Scotland Yes sign
If Scotland votes for independence in the referendum then its economic and financial future is uncertain. Reuters

Scots will vote on independence on 18 September and, as recent polls show, the Yes and No votes are neck and neck.

But what would happen in the event of independence?

Will Scotland immediately become independent?

No. It wouldn't become fully separate from the rest of the UK until March 2016.

During the interim period, Scotland would have to try and create new laws and infrastructure to accommodate an independent country.

Will Scotland stay in the European Union and Nato?

Leaders of the European Union (EU) and Nato have unequivocally said no.

Under EU law, a newly independent country would have to apply for membership again, which would mean all 28 states would have to unanimously agree.

However, Scotland's government has repeatedly promised voters that the country would automatically remain in the EU.

Nato's secretary general has also said that Scotland would need to reapply for membership.

Will Scotland keep the pound?

It is very uncertain as to what currency an independent Scotland would use, as there is no historical precedent.

The SNP says that Scotland will keep Sterling in the event of independence, while politicians from all other parties say that if the country "walks away from the UK, it walks away from the pound."

SNP leader Alex Salmond has since said the country would not pay its share of its debt within the UK if Britain prevents it from using the pound.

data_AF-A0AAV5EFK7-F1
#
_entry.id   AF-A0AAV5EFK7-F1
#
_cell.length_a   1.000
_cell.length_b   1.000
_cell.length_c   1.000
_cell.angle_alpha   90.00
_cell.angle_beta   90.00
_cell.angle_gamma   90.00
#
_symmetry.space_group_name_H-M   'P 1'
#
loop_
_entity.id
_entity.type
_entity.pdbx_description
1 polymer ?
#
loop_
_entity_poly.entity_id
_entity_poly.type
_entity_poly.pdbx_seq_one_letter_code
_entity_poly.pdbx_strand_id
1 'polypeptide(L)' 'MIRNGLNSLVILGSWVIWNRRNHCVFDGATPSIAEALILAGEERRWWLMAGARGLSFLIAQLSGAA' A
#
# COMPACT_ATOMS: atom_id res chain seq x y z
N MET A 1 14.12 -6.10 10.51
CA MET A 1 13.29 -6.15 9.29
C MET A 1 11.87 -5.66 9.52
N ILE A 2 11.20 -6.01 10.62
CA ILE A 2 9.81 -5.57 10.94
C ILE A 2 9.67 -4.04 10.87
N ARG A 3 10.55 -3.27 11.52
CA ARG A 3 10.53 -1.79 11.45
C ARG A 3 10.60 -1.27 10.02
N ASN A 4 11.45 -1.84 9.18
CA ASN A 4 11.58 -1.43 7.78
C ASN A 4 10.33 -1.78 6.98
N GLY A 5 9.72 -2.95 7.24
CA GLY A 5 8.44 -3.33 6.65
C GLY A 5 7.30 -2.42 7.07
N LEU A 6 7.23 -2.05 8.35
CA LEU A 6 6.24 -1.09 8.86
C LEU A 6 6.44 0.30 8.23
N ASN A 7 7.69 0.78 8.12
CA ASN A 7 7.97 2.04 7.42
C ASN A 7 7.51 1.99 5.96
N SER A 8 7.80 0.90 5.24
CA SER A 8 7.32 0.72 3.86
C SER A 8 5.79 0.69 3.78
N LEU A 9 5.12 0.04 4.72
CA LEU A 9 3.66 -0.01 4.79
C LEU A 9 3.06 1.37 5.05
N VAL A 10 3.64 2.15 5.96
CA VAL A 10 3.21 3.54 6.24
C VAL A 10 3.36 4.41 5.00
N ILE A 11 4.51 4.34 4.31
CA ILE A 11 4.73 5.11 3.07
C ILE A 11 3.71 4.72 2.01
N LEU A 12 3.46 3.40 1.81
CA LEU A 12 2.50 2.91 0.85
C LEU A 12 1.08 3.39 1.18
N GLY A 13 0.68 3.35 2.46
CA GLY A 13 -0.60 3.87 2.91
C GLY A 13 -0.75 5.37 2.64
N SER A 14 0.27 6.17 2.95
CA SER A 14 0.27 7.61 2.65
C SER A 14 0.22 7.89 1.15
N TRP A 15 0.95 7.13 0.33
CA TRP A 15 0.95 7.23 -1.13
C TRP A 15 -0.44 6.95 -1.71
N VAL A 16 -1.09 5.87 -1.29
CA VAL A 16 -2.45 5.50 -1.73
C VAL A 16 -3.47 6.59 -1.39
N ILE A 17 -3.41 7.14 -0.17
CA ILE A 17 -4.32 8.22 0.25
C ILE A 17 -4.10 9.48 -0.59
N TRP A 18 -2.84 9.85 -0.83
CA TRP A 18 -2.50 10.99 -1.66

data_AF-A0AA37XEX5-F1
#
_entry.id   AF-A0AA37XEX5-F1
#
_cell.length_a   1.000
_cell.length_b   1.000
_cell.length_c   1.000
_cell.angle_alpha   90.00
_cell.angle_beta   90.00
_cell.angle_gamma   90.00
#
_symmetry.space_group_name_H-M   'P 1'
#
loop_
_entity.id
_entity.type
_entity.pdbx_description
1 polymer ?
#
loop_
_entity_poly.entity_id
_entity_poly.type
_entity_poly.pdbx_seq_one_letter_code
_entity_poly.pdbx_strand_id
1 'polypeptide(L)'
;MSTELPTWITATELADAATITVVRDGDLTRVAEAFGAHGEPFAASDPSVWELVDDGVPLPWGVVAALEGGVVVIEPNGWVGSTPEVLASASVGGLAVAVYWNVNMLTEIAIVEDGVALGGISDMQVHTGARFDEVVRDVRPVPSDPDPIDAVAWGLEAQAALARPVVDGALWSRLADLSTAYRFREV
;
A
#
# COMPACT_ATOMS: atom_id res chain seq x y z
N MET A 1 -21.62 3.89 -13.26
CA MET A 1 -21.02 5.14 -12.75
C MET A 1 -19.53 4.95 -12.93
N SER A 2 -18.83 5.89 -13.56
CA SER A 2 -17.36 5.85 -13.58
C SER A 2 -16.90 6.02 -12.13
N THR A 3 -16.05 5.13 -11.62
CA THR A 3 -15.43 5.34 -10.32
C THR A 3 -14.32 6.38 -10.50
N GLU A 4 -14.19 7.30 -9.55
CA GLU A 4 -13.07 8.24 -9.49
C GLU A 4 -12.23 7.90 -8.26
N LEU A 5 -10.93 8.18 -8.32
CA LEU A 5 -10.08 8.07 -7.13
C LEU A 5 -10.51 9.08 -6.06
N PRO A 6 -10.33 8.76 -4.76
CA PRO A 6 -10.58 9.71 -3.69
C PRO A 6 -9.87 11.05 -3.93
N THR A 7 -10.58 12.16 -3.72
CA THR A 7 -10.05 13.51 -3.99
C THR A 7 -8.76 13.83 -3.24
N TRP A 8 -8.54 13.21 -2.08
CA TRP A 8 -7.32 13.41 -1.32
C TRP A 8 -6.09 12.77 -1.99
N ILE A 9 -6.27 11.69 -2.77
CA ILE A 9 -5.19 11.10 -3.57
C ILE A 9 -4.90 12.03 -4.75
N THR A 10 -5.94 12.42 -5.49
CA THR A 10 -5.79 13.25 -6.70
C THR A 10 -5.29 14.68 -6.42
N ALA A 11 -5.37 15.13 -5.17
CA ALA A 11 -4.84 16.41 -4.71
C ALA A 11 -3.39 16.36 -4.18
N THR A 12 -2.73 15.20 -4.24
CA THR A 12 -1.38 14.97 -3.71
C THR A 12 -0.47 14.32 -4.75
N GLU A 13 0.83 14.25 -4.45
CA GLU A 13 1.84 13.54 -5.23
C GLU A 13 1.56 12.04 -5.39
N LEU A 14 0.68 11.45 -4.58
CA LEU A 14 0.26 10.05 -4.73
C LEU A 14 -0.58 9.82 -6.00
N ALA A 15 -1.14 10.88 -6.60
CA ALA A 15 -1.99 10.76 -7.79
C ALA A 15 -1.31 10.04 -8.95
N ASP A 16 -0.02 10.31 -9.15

Analysts say it is uncertain what will happen to Scotland's currency, with many describing the debates as "political posturing."

So, what currency options would an independent Scotland have?

Scotland would either have to create a new currency or keep the pound, either in a formal currency union with the UK (if it could negotiate one), or just keep on using it informally.

Both are costly and carry risks.

What will happen to personal finance?

If Scotland became independent, it would undoubtedly cause a major upheaval to basic financial infrastructure.

It would also mean over 18 months of negotiating and creating new financial system frameworks, trading laws, political union memberships, pension rules and so forth.

Since the Yes campaign has not detailed how they envisage this happening, other than most of the framework to stay the same, it is very difficult to predict the exact outcome.

Much will depend on whether it keeps the pound, stays in the EU and of course if it takes on its share of debt.

Scotland has £100bn (€125.5bn, $162.7bn) worth of debt but its economy is only worth £150bn.

Regardless, borrowing costs would be automatically higher for a newly formed and heavily indebted country.

This would affect food prices, loans, mortgages and services.